marxism, anthropology

Lisa Rogers eqwq.lrogers at
Wed Nov 1 13:17:49 MST 1995

This is one of the reasons I'm here, remember that one of the
list-purposes is relating aspects of marxism with other fields?

Thanks for asking, Alex, I'm not sure I can give satisfactory
answers, but here's my shot at it.

I think we've come a long way since Morgan, over what, 100+ years
ago?  I don't think I've even heard of Bachofen.  I have very
intensely trained in specific and difficult new things, in a "cutting
edge" area, but I have studied very little of the history of
anthropology at large.

Many "cultural anthropologists" are openly marxists and have been in
the past, esp. before the great demonization of the cold war.  This
is one of the right-wing gripes about anthropology, I think.  I know
that marxism is considered to be very influential from day one within
much of anthropology, and even now seems to be resurging anew in some
subfields, but it doesn't get any mention in the program I'm in.
(I'm in Evolutionary Ecology, esp of foragers.)

I did get some bits about Morgan and Kroeber when I was starting off,
but those memories are pretty fuzzy now.  Morgan I think of as a
cataloger of cultures, I don't know his theory.  Kroeber was "the
father" of much American anthropology.  He had a long career and a
slew of grad students, and had them documenting the disappearing
cultures of indigenous north-ams, interviewing the last survivors and
such, aging and near death in the 30's.

For theory, I think he is known for thinking that cultures are shaped
by people responding to problems posed by the environment [this was
considered controversial at the time].  So, the allegedly universal
patriarchal clan structure of foragers and their small group size was
a sensible response to high mobility and alliance formation, etc.
This could be considered a progressive thought, compared to the
alternative, previous and still common view of essentialist "human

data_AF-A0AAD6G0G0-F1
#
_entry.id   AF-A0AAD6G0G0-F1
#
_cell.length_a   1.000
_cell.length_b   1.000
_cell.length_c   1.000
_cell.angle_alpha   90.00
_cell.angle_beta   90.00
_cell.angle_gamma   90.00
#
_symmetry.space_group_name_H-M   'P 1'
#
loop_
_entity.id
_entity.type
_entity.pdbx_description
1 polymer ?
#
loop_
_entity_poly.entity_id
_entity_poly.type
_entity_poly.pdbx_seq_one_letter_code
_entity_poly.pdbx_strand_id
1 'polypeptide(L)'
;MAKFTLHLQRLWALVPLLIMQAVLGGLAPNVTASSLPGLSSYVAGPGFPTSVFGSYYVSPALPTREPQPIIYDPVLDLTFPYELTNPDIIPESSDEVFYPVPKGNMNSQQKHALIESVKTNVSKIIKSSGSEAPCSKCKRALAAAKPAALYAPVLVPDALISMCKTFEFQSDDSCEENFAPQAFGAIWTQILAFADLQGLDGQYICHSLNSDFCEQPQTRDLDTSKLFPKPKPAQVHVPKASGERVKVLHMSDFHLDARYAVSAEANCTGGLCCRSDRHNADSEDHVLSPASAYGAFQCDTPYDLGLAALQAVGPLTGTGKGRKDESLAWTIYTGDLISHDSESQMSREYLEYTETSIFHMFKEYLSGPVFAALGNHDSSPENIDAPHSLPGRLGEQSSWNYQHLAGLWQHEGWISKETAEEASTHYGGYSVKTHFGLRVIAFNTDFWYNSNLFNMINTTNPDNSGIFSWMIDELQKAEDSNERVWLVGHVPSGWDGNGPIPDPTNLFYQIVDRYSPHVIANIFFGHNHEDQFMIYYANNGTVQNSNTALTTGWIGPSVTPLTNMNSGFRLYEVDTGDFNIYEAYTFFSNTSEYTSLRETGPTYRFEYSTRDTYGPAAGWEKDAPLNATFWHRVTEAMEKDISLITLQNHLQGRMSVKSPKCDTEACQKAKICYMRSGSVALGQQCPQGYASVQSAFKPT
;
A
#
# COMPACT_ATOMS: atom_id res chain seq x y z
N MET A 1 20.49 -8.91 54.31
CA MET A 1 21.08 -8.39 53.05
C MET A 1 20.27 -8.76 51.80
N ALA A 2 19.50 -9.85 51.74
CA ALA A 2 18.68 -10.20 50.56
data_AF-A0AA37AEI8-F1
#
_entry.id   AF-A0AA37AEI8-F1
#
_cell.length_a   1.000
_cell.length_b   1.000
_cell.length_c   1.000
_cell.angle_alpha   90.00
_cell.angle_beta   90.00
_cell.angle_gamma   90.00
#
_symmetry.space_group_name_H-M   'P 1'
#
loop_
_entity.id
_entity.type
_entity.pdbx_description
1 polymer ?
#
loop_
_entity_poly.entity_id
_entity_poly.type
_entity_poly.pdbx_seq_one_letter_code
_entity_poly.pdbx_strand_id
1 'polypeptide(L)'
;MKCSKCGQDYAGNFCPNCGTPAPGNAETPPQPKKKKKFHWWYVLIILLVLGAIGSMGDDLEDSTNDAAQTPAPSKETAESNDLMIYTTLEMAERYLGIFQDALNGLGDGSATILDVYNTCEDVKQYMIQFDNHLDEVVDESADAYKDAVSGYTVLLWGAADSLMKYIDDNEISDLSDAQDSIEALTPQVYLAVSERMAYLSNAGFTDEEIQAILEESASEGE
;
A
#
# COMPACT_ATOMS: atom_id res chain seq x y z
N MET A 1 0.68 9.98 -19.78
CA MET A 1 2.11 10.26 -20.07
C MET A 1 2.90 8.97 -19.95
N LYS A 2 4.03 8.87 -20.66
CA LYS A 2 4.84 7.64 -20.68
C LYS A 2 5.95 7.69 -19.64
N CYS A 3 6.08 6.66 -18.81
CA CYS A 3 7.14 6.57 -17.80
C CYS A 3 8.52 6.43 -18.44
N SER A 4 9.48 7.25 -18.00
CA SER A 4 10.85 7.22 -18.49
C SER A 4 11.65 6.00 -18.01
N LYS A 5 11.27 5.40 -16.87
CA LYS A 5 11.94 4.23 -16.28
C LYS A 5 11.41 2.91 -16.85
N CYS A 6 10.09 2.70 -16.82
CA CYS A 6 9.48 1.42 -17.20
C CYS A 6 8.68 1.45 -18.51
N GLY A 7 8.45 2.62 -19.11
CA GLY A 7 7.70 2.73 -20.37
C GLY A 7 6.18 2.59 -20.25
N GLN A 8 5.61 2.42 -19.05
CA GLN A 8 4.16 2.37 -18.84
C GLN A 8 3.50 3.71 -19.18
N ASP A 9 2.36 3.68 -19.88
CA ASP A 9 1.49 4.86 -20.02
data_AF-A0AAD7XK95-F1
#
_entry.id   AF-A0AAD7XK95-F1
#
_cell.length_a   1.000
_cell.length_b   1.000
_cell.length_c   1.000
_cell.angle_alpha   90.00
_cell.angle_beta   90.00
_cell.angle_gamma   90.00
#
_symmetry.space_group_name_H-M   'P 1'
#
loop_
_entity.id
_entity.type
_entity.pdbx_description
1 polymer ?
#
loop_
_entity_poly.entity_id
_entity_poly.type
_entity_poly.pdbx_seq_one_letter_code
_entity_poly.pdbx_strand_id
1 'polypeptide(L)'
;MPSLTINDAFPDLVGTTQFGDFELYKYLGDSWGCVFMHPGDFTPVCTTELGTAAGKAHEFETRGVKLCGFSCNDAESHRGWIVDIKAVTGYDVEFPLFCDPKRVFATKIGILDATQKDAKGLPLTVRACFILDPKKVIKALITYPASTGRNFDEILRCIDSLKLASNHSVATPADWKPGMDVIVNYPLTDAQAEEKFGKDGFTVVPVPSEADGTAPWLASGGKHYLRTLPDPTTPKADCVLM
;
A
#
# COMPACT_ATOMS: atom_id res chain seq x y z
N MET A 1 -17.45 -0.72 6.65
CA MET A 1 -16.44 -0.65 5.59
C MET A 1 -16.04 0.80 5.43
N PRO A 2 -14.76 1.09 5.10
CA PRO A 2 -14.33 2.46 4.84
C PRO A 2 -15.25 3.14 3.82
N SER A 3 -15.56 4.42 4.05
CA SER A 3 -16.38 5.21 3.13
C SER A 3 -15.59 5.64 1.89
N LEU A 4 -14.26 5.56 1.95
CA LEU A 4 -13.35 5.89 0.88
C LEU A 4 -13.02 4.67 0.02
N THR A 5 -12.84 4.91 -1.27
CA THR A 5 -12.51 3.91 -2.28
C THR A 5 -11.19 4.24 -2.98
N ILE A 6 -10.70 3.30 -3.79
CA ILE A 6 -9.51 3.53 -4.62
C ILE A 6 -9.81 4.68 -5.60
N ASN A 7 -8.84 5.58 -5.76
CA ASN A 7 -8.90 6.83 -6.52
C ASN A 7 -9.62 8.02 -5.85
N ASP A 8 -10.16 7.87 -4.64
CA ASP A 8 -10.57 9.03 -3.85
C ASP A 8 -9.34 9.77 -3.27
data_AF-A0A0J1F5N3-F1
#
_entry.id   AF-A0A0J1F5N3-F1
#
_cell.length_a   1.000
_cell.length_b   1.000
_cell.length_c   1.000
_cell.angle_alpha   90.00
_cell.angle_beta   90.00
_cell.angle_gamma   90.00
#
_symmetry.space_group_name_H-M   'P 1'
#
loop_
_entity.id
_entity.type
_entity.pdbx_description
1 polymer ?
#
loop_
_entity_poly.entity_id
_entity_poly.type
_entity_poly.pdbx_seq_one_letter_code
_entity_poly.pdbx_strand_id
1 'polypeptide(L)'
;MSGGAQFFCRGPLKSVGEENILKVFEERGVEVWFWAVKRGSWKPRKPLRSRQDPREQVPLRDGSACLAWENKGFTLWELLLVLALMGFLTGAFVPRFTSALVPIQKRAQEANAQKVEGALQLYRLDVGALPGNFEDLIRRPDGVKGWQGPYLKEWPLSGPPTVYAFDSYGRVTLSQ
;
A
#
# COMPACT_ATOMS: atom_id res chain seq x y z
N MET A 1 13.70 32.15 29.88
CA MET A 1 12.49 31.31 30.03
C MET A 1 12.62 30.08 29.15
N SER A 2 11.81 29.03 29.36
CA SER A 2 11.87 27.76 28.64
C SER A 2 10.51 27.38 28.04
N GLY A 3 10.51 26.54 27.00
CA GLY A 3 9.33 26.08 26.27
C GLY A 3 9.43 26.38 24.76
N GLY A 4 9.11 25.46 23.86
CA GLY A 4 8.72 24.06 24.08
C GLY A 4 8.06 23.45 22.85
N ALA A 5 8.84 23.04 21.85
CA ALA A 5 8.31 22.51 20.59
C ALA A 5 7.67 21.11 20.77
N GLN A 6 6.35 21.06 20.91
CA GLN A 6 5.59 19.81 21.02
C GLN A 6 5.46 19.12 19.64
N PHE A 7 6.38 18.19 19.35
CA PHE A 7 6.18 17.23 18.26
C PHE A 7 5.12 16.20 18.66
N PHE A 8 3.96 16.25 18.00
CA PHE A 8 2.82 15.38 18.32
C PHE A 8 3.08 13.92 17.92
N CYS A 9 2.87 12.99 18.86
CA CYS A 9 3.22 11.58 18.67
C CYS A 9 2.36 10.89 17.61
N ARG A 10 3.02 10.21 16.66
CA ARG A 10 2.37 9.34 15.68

nature" producing human behavior with little or no reference to the
material circumstances [which surely affect the consequences of any

This is a kind of theoretical divide in anthropology at large, one
side of which I identify with marxian "materialism" since I started
studying Marx.  To what extent can history/culture be reasonably
viewed as autonomous, self-creating, self-perpetuating things, a
result of specific events, people, inventions, traditions without
reference to material circumstances and in-your-face consequences for
the people involved?  Perhaps nobody really holds to either extreme
on this, and probably it is not even a good question, but there is
quite a lot of angry ink published about it.

If you'd like to offer up a statement or position attributed to
Morgan or whoever, I'd be happy to give my response or assessment of
that point.

A general point to be made by all non-racist anthropology is called
"cultural relativism", so basic an assumption that it generally goes
without saying.  This could be considered subversive, often is
considered so by cultural supremacists.  It is simply the belief that
no culture is innately "better" than others.  Other cultures make
just as much sense as one does, to the insiders.  Every culture is
one way to live, which is "working".  The implication is that "the
American way" is not the best way for everyone everywhere.  Most
cataloged cultures of the world don't look much like this one, in
economy, mores, etc, but that doesn't make them wrong, bad or in need
of conversion.

"Cultural supremacy" may be a thin cover or just another label for